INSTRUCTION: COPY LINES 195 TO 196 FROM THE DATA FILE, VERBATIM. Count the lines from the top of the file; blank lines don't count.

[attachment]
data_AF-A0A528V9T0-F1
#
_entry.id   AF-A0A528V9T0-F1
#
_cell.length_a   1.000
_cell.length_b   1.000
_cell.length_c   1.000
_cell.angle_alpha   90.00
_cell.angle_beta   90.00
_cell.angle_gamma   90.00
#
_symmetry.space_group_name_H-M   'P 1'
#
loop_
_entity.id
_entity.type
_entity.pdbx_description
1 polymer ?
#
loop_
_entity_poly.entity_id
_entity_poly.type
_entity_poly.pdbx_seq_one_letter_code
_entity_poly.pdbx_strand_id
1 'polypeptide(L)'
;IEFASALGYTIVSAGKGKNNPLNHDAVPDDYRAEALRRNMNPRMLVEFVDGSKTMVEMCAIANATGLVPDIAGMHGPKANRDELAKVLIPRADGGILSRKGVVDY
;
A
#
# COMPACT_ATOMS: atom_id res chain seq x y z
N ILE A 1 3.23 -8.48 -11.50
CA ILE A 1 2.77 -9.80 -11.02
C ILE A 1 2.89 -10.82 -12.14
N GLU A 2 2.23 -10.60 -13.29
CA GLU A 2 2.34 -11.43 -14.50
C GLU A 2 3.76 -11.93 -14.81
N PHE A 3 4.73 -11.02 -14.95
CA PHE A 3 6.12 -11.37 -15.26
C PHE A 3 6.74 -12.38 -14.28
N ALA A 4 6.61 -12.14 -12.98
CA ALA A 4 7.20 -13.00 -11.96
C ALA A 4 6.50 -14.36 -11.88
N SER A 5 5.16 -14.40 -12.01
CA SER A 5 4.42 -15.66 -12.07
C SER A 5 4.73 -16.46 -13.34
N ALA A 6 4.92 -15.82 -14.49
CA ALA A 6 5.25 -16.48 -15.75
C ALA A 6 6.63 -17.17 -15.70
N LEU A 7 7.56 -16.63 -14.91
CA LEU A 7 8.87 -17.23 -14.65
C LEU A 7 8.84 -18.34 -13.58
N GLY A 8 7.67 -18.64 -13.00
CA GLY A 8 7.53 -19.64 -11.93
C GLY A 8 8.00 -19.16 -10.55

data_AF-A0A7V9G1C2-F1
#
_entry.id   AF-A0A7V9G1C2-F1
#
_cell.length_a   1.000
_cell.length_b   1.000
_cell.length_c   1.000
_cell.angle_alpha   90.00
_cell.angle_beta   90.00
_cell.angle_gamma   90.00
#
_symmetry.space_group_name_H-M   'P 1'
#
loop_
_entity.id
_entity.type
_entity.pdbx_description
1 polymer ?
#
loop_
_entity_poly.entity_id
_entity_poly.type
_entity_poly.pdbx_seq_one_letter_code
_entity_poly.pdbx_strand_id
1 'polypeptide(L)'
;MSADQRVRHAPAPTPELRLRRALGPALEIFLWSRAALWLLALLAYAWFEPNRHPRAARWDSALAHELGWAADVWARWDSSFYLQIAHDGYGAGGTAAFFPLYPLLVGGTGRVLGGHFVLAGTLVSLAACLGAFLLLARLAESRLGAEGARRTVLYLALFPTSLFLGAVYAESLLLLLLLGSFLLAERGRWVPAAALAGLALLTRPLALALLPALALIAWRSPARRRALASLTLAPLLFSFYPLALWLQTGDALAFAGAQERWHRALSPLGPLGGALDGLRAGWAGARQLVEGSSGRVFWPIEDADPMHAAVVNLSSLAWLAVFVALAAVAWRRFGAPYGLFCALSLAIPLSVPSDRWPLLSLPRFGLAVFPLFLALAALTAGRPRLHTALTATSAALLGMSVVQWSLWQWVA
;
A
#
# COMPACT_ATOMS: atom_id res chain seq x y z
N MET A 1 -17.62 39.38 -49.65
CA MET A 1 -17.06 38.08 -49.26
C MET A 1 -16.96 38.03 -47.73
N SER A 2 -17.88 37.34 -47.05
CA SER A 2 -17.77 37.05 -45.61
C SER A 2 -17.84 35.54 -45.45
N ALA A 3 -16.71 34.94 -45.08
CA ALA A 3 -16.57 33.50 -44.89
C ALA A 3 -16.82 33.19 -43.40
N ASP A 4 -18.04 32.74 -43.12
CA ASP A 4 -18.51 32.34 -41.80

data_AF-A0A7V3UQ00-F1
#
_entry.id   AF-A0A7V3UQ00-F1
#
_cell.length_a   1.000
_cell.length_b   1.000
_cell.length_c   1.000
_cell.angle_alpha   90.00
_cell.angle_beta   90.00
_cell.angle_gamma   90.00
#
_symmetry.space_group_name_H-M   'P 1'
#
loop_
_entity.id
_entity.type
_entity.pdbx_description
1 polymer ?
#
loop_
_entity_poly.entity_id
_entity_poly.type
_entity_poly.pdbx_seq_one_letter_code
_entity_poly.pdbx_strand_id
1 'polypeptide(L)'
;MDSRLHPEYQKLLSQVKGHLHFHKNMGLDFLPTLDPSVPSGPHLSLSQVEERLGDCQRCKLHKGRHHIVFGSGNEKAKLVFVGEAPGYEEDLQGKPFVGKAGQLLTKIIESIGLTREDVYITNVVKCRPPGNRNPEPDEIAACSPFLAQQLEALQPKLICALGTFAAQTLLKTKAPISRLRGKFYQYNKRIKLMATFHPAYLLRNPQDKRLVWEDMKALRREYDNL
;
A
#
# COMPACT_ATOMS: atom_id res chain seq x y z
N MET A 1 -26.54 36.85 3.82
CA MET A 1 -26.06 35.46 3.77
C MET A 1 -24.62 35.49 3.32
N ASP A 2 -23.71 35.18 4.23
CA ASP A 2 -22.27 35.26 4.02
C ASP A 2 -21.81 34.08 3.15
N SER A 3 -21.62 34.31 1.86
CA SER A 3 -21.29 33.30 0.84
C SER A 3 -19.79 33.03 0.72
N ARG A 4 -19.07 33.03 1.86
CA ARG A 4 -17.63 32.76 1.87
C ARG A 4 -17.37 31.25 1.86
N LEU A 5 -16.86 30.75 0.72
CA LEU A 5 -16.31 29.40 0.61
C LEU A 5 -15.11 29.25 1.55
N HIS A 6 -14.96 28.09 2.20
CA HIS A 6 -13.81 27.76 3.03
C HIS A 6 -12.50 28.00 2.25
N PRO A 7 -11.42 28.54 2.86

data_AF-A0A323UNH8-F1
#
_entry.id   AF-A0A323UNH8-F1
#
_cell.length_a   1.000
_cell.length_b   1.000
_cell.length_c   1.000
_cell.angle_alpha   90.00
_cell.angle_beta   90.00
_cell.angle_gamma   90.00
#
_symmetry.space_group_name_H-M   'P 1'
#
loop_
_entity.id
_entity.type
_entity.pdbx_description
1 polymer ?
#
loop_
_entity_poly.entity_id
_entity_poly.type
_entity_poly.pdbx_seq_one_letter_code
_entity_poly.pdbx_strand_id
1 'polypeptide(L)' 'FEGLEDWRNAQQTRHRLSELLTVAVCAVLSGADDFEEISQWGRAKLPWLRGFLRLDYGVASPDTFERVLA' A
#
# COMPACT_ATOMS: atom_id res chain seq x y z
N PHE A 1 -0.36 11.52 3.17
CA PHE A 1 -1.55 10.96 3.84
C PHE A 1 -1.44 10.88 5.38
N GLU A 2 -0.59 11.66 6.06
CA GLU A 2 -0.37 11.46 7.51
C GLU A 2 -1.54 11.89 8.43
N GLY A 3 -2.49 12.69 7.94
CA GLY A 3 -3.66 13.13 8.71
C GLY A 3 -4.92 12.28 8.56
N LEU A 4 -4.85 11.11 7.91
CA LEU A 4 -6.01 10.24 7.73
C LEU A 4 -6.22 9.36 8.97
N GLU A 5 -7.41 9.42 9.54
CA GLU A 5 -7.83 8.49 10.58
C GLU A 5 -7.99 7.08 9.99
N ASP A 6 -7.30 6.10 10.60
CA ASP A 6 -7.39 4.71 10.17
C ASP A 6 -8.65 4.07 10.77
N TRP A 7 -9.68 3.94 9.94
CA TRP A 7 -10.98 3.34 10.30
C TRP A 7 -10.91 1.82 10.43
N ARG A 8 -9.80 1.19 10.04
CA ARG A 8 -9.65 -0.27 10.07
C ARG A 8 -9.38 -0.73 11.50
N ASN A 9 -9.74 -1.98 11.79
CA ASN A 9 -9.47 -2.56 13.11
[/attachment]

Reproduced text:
C ARG A 8 -9.38 -0.73 11.50
N ASN A 9 -9.74 -1.98 11.79